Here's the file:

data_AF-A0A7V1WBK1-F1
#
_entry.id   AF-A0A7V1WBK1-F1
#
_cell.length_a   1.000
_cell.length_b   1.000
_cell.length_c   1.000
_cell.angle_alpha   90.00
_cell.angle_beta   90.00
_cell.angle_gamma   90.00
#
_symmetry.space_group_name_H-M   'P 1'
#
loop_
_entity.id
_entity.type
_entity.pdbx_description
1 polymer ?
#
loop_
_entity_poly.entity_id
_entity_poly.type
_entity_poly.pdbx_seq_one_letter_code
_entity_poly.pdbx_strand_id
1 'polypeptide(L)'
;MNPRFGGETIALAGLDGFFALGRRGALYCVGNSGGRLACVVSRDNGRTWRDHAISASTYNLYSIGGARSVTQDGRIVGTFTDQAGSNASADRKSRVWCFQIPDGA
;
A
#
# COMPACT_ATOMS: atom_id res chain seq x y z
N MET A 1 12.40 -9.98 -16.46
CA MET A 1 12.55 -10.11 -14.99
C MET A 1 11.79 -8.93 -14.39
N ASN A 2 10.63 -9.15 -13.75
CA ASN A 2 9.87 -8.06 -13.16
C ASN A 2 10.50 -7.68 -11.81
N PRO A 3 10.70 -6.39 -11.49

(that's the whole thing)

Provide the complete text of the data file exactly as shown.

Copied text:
data_AF-A0A7V1WBK1-F1
#
_entry.id   AF-A0A7V1WBK1-F1
#
_cell.length_a   1.000
_cell.length_b   1.000
_cell.length_c   1.000
_cell.angle_alpha   90.00
_cell.angle_beta   90.00
_cell.angle_gamma   90.00
#
_symmetry.space_group_name_H-M   'P 1'
#
loop_
_entity.id
_entity.type
_entity.pdbx_description
1 polymer ?
#
loop_
_entity_poly.entity_id
_entity_poly.type
_entity_poly.pdbx_seq_one_letter_code
_entity_poly.pdbx_strand_id
1 'polypeptide(L)'
;MNPRFGGETIALAGLDGFFALGRRGALYCVGNSGGRLACVVSRDNGRTWRDHAISASTYNLYSIGGARSVTQDGRIVGTFTDQAGSNASADRKSRVWCFQIPDGA
;
A
#
# COMPACT_ATOMS: atom_id res chain seq x y z
N MET A 1 12.40 -9.98 -16.46
CA MET A 1 12.55 -10.11 -14.99
C MET A 1 11.79 -8.93 -14.39
N ASN A 2 10.63 -9.15 -13.75
CA ASN A 2 9.87 -8.06 -13.16
C ASN A 2 10.50 -7.68 -11.81
N PRO A 3 10.70 -6.39 -11.49